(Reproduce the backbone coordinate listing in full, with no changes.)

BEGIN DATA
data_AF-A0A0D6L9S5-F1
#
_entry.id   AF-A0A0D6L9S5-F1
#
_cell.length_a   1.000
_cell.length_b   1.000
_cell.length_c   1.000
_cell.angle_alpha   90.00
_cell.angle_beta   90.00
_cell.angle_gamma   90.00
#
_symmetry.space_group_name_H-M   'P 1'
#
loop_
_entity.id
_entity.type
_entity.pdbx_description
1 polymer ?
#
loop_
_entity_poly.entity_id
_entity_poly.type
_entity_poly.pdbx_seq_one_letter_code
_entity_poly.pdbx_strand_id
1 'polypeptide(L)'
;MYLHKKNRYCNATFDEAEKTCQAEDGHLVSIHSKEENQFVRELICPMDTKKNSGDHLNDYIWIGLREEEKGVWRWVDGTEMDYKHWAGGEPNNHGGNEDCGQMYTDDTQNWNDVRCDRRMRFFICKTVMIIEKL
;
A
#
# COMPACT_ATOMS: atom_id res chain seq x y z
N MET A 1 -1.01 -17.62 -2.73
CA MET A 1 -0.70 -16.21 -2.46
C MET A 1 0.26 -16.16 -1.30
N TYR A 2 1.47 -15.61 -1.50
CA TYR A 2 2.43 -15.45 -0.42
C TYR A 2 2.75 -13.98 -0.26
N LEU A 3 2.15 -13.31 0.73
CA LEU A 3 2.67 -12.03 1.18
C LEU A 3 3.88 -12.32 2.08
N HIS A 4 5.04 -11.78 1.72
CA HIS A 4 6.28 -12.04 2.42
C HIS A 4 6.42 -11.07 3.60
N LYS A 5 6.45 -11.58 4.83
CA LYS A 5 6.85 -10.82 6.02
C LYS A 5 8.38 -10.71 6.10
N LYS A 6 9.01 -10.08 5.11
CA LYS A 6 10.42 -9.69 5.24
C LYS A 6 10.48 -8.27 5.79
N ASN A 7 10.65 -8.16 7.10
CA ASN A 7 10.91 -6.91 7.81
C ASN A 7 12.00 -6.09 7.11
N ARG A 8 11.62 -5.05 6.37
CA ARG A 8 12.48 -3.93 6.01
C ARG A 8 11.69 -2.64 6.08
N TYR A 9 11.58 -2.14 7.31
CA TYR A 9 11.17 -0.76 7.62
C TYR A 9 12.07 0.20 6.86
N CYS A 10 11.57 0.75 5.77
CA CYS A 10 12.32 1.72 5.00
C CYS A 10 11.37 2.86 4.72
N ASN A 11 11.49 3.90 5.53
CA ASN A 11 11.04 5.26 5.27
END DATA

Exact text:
data_AF-A0A0D6L9S5-F1
#
_entry.id   AF-A0A0D6L9S5-F1
#
_cell.length_a   1.000
_cell.length_b   1.000
_cell.length_c   1.000
_cell.angle_alpha   90.00
_cell.angle_beta   90.00
_cell.angle_gamma   90.00
#
_symmetry.space_group_name_H-M   'P 1'
#
loop_
_entity.id
_entity.type
_entity.pdbx_description
1 polymer ?
#
loop_
_entity_poly.entity_id
_entity_poly.type
_entity_poly.pdbx_seq_one_letter_code
_entity_poly.pdbx_strand_id
1 'polypeptide(L)'
;MYLHKKNRYCNATFDEAEKTCQAEDGHLVSIHSKEENQFVRELICPMDTKKNSGDHLNDYIWIGLREEEKGVWRWVDGTEMDYKHWAGGEPNNHGGNEDCGQMYTDDTQNWNDVRCDRRMRFFICKTVMIIEKL
;
A
#
# COMPACT_ATOMS: atom_id res chain seq x y z
N MET A 1 -1.01 -17.62 -2.73
CA MET A 1 -0.70 -16.21 -2.46
C MET A 1 0.26 -16.16 -1.30
N TYR A 2 1.47 -15.61 -1.50
CA TYR A 2 2.43 -15.45 -0.42
C TYR A 2 2.75 -13.98 -0.26
N LEU A 3 2.15 -13.31 0.73
CA LEU A 3 2.67 -12.03 1.18
C LEU A 3 3.88 -12.32 2.08
N HIS A 4 5.04 -11.78 1.72
CA HIS A 4 6.28 -12.04 2.42
C HIS A 4 6.42 -11.07 3.60
N LYS A 5 6.45 -11.58 4.83
CA LYS A 5 6.85 -10.82 6.02
C LYS A 5 8.38 -10.71 6.10
N LYS A 6 9.01 -10.08 5.11
CA LYS A 6 10.42 -9.69 5.24
C LYS A 6 10.48 -8.27 5.79
N ASN A 7 10.65 -8.16 7.10
CA ASN A 7 10.91 -6.91 7.81
C ASN A 7 12.00 -6.09 7.11
N ARG A 8 11.62 -5.05 6.37
CA ARG A 8 12.48 -3.93 6.01
C ARG A 8 11.69 -2.64 6.08
N TYR A 9 11.58 -2.14 7.31
CA TYR A 9 11.17 -0.76 7.62
C TYR A 9 12.07 0.20 6.86
N CYS A 10 11.57 0.75 5.77
CA CYS A 10 12.32 1.72 5.00
C CYS A 10 11.37 2.86 4.72
N ASN A 11 11.49 3.90 5.53
CA ASN A 11 11.04 5.26 5.27